Say what you will about stunt doubles. It’s hard to make a movie when your lead actor is nursing a few broken bones. And while The Great Escape star Steve McQueen would have loved to pull off the iconic motorcycle jump himself, the task fell to his double Bud Ekins.
McQueen, who did much of the riding in the movie and some of the stunt work himself, regretted not being the one to jump the barbed wire fence on camera.
“A lot of people thought it was me making that jump, but I’ve never tried to hide the truth about it. I could handle the jump now, I’m sure. Back in ’62, I just didn’t have the savvy,” said McQueen, Hagerty reports.
He may not have had the had bike savvy to pull off the jump, which is included in the video below, but by all accounts, Steve McQueen wasn’t just saying that to sound cool or save face. He had some daredevil in him and was not afraid to give the jump a shot.
In fact, The Great Escape’s second unit director Robert E. Relyea claimed that not only did Steve McQueen pull the jump off himself at one point, but it was also captured on camera. In his biographical book, Not So Quiet on the Set, he admitted that the movie’s final cut almost certainly features the Bud Ekins jump but that he couldn’t be sure.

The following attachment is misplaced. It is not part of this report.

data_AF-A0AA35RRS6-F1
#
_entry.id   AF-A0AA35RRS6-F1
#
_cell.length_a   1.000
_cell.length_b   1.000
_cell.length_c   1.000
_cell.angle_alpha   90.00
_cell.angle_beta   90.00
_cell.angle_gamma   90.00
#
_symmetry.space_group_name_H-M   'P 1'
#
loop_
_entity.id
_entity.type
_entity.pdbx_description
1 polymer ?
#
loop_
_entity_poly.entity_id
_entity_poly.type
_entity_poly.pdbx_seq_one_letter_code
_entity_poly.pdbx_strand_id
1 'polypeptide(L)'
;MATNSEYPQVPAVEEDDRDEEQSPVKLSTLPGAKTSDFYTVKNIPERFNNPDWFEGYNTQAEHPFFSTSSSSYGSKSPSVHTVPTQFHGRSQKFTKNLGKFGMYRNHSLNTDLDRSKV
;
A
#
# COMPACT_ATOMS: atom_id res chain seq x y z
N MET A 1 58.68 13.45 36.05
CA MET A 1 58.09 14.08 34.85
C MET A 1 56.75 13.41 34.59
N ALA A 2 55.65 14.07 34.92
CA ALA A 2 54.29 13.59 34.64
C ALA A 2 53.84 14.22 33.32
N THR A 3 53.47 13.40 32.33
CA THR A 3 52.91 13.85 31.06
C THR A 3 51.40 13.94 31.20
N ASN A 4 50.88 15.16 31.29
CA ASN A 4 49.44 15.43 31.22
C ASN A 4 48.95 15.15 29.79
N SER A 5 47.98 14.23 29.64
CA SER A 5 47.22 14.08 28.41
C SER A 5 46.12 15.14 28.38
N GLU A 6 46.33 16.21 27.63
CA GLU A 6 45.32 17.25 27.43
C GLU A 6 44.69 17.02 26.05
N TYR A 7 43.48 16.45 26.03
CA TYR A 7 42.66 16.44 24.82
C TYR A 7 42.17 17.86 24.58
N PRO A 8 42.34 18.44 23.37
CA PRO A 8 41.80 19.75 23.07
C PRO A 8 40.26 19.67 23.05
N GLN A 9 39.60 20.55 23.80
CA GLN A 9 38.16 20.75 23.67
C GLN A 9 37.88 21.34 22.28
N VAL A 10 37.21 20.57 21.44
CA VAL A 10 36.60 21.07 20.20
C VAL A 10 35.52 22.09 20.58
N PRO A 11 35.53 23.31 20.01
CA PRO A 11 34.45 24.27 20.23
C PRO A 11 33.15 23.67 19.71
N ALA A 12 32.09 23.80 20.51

There are also plenty of accounts claiming Steve McQueen would get into Nazi costume during these chase sequences. Why? Because he wanted to ride. And yes, that means during The Great Escape, McQueen is essentially chasing himself at specific points. Well, he was chasing Hilts. But still, a fun fact nonetheless.
Steve McQueen Was Torn Between Racing and a Hollywood Career
When we said Steve McQueen had some daredevil in him, we meant it. The screen icon was passionate about off-road motorcycle racing and took an avid interest in race cars. Let’s just say that didn’t sit well with the studio.
At one point, The Great Escape star was offered a contractual ultimatum. It was either racing or acting, but it couldn’t be both.
“They gave me twenty-four hours to make up my mind. I took most of those twenty-four hours thinking about whether I wanted to go on racing, earning my money on the track, or whether I wanted to continue being an actor on the studio’s terms. It was a very tough decision for me to reach. Still, I had Neile and our two young children to consider, and that made the difference. I signed their paper,” said McQueen, per Hagerty.
It seems like McQueen got the last laugh. He found opportunities to get his motorcycle fix on set.